Airlines sometimes make mistakes when posting their fares, leading to seriously discounted flights. This can happen for various reasons – currency conversion mishaps, technical glitches, or human error. If you’re in the know-how on where to find airline error fares, you can save yourself some serious bucks on a ticket.
Our detailed how-to guide spells out how to find mistake fares easily on your own. Basically, AirFare Watchdog and Secret Flying are great resources to stalk for finding mistake and sale pricing as they conglomerate slashed ticket rates all in one spot. Another great approach is to search for flights for an entire month using Skyscanner (Tip #3 in this article). This will allow you to easily spot a significantly reduced fare against what’s displayed that month, and has twice helped us stumble on error fares ourselves.
Below is a real-time list of today’s top fares from AirFare Watchdog.
7. Book connecting flights yourself for less
If you’re flying somewhere that involves a transfer, say from Canada to Australia which typically involves Canada to LA, then LA to Australia, consider that it may be cheaper to book these two legs separately on your own by adding another destination to your trip. It should go without saying that in doing this, you should not book tight layovers. I repeat: do not book layovers that are hours apart! This approach is for those who want to create an additional destination of a few days or more, before catching their next flight. The one exception is when booking with Kiwi.com, who offer their own guarantee on making connecting flights even when not with the same partner airlines.
First, do your research: are there budget airlines unique to the country you’re flying out of and where you’re headed to? Booking with a budget Australian airline (Jetstar) from Sydney to Honolulu, then an American one from Honolulu to Montreal saved us over $400 each when flying back from Australia to Canada earlier this year. This allowed us to create a thrifty five-day stopover in Hawaii on our way back, which was less exhausting and a lot cheaper! Kiwi.com and AirWander are both great search engine for revealing cheaper routes like this that involve multiple airlines.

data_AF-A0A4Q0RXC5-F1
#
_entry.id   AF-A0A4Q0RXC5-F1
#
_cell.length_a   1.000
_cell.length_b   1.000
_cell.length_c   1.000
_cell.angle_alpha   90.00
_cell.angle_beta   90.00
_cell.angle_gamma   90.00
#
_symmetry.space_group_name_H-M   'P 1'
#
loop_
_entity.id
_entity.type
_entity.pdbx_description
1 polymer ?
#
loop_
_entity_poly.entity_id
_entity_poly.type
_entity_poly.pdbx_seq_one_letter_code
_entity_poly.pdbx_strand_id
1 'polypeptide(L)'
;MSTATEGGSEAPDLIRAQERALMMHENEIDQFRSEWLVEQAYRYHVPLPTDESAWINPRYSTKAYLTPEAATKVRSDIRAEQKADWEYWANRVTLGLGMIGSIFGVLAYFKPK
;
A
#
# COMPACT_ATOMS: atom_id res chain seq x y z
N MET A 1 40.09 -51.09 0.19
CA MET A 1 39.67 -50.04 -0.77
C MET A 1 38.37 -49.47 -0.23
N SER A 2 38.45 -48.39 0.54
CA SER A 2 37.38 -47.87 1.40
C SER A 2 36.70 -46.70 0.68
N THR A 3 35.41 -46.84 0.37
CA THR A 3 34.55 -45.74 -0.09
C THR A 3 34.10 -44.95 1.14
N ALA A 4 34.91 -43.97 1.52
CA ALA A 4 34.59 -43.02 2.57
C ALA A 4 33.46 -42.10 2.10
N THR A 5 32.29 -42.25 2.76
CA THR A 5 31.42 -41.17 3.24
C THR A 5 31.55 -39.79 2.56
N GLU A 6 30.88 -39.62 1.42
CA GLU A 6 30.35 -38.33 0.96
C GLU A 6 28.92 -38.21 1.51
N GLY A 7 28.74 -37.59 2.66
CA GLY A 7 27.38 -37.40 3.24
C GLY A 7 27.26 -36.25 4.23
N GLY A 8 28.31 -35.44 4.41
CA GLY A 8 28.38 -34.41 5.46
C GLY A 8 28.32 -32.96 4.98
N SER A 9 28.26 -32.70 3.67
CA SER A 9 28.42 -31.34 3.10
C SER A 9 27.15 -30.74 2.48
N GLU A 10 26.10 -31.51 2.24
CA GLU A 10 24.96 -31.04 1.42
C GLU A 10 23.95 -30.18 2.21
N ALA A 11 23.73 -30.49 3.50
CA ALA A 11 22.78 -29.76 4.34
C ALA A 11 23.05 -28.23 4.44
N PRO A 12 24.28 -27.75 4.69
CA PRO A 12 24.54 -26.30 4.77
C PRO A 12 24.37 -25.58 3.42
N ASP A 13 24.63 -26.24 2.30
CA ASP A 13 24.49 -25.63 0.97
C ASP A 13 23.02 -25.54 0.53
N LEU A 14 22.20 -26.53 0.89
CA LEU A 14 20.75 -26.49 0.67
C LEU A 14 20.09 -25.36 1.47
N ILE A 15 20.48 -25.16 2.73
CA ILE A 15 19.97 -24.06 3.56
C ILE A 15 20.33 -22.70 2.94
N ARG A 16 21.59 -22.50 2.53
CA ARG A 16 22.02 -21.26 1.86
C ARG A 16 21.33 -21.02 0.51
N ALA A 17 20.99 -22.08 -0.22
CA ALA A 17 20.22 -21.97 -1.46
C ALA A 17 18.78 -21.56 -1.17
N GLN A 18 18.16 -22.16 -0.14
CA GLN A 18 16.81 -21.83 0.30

You can even book your own multi-day layovers, essentially allowing you to see 2 destinations for the price of 1. Rather than spend a day sitting in the airport, you can spend multiple days exploring the city you are laying over in. AirWander is a specialized search engine for doing exactly this. Put in your origin, final destination, and number of days you want to stopover. AirWander will return a list of places you can visit on your stopover, often even cheaper than a regular flight search engine! To learn how to do this, read our guide on How to Get Free Extended Layovers & Hack One Trip Into Two.
8. Find the cheapest place to fly
Whether you know exactly where you’re going or you just want to find to the cheapest possible country to fly into, Kiwi.com is a great tool to get the wanderlust going and save some big bucks. Hop on their site and enter your departure city, then select a date range to fly. Approximate costs then appear over hundreds of countries around the globe from your departure point, while the list of destinations is sorted by price, allowing you to see the most cost-effective place you can fly.
Where Kiwi.com really shines is the way in which it mixes and matches airlines in order to find the cheapest price. For example, maybe you want to go to Rome, Italy from Washington, USA. A typical flight search engine will only suggest routes coming from a single airline and its partners. An example search on Expedia shows the cheapest route as $631.20 USD via TAP Portugal.
Kiwi.com, on the other hand, will mix and match airlines (including budget airlines) in order to find you the very cheapest route. For long-haul flights especially, this can make a huge difference. The same search on Kiwi.com returns a route at $459.80 USD via JetBlue, Norwegian Air, and Vueling. That’s a savings of $171.40 USD, and the travel time is even shorter!
Typically, booking a whole trip with different airlines would be risky. For example, let’s say your first flight with JetBlue was delayed, and you missed your connecting flight with Norwegian Air. Because the airlines have no association with each other, Norwegian Air has no obligation to reschedule your flight for free, so you would just lose your money. Kiwi.com instead offers their own guarantee, which covers schedule changes, flight delays, and cancellations. As long as you contact Kiwi.com as soon as you’re aware of the delay, they will provide you with an alternate connecting flight, or a full refund, at your discretion. We haven’t used this guarantee ourselves, but it certainly sounds like an appealing way to take the risk out of a thrifty flight hack!